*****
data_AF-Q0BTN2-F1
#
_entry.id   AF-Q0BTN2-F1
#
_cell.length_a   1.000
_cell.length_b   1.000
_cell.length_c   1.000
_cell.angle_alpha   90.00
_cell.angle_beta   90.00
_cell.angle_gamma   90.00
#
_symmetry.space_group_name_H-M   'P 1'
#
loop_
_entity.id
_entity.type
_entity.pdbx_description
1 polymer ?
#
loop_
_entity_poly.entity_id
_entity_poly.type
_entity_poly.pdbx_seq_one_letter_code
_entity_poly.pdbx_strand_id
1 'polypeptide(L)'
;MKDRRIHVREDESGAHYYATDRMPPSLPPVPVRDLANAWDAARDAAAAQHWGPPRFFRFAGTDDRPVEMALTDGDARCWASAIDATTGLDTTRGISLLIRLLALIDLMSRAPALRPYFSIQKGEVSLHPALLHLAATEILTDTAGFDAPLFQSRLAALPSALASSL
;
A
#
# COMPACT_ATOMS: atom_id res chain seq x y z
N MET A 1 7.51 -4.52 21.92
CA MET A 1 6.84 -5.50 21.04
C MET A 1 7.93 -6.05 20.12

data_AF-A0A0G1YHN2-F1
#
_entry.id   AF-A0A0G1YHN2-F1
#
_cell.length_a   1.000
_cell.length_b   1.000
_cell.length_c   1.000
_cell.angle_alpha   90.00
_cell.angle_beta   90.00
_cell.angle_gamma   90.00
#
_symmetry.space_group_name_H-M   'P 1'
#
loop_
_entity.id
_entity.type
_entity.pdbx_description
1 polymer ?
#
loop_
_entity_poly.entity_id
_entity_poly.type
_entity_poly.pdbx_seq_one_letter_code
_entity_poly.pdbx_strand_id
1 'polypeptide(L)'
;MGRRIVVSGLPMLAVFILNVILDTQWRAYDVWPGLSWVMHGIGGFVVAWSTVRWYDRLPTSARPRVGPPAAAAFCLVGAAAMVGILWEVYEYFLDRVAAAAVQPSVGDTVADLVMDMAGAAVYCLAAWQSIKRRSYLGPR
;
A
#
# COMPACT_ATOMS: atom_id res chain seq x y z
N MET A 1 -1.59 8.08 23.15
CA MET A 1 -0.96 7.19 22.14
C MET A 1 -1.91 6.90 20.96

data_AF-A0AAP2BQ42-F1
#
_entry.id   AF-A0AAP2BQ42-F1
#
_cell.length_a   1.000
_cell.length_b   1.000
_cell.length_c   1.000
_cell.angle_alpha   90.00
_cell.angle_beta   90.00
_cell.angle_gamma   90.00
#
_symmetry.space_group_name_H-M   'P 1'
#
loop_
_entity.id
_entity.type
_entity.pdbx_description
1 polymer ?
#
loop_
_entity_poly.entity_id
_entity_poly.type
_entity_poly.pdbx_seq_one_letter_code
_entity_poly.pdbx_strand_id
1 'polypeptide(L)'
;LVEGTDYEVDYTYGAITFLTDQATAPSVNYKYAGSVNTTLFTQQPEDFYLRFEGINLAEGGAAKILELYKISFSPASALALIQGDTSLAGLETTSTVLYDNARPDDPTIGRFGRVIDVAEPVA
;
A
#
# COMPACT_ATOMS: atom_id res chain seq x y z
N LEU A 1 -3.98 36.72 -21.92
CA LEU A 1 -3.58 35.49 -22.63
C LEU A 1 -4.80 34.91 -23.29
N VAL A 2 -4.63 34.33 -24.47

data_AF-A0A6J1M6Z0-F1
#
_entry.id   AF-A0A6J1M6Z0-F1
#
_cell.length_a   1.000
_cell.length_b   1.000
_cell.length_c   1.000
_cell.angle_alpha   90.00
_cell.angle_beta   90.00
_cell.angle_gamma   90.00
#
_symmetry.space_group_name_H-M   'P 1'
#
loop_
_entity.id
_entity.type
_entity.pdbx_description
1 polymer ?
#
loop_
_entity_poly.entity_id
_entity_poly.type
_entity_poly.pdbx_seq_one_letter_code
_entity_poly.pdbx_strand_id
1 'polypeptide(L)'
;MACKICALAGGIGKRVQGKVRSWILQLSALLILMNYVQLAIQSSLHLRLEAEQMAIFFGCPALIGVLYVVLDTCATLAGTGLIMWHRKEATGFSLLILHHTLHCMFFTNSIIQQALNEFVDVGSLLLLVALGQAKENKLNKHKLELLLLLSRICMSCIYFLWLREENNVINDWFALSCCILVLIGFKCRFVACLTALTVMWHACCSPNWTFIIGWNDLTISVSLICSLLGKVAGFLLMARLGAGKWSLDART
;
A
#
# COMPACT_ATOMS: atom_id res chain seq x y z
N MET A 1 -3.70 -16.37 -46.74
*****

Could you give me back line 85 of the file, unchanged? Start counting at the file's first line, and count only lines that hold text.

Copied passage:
#